Oktobertfest in Spring: Goulash and Spatzle

Oktobertfest in Spring: Goulash and Spatzle

The epitome of love for my child in my house is if I make spaetzle mid-week.  My youngest son, Ryan, absolutely adores spaetzle.  If you aren’t German, you may not know what these little bits of heaven are and why my son goes into a frenzy when he sees them. According to the Spatzle Page (see? they have their OWN page – what does that tell you????), Spaetzle [SHPEHT-sluh; SHPEHT-sehl; SHPEHT-slee] literally translated from German as “little sparrow,” is a dish of tiny noodles or dumplings made with flour, eggs, water or milk, salt and sometimes nutmeg.

Spatzle – made with a machine and therefore thin and cheap

My spaetzle are NOT made with a machine.  Rather they were (note the “were”) always made by scraping dough off a tablespoon into the boiling water.  This was the way my grandmother made them and it takes a long time to fill that bowl.

Two Tablespoons


My family always wants plenty of spaetzle left over to fry up the next day for breakfast. So, can you picture me happily scraping dough, bit by bit, into the pot? Well, I did until I caught this video on YouTube and watched with wonder as this German oma spread some dough onto a board and scraped them into the pot.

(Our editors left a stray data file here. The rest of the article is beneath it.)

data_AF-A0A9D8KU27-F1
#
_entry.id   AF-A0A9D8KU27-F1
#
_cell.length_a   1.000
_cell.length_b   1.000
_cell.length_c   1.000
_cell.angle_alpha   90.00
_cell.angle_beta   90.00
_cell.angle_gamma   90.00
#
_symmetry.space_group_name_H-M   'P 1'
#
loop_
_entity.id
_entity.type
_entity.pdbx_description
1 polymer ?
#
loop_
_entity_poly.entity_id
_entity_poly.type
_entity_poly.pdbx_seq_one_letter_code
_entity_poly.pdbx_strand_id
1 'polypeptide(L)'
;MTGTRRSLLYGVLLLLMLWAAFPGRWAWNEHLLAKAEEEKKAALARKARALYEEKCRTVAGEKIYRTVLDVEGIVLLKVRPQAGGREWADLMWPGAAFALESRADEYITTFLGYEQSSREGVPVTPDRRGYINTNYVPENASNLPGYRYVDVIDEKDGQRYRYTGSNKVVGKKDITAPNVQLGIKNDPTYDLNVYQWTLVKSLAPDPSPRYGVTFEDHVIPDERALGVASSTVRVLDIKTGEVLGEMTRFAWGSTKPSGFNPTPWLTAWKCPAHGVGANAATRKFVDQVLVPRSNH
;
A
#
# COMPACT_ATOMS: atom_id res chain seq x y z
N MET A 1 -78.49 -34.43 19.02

They were still a little thin for me so I improvised.  I took my smooth, stone cutting board and I cut and flicked the dough with my pallet knife into the water.  Much faster, still thicker than these stringy specimens and I was a happy camper.  They are exquisite when smothered with goulash:

Goulash and Spatzle



Maybe I will make them every week.  Or maybe I’ll just boil a pot of noodles and let the spaetzle continue to be special to my family 🙂


German Spatzle

Yield: Serves 6


  • 4 C Flour
  • 3 Large Eggs
  • 1 C Milk
  • 1 Tbsp + 1 Tsp Salt
  • Nutmeg to Taste


  1. Prepare a firm dough from the flour, eggs, milk, salt and nutmeg.
  2. Beat until it comes easily away from the sides of the bowl.
  3. Form dumplings and cook in a pot of boiling, salted water.
  4. When they rise to the top, let them cook a minute or so longer. Skim them out and dip in cold water to stop them from cooking.
  5. Coat lightly (very lightly) with vegetable oil to stop them from sticking to each other.

3 Responses to Oktobertfest in Spring: Goulash and Spatzle

  1. Ahhhh, I absolutely adore spaetzle too! My grandfather used to make it for every holiday. I miss it. 🙁

    • There is just something comforting about German cuisine. It always reminds me of Sunday dinners when I was little 🙂

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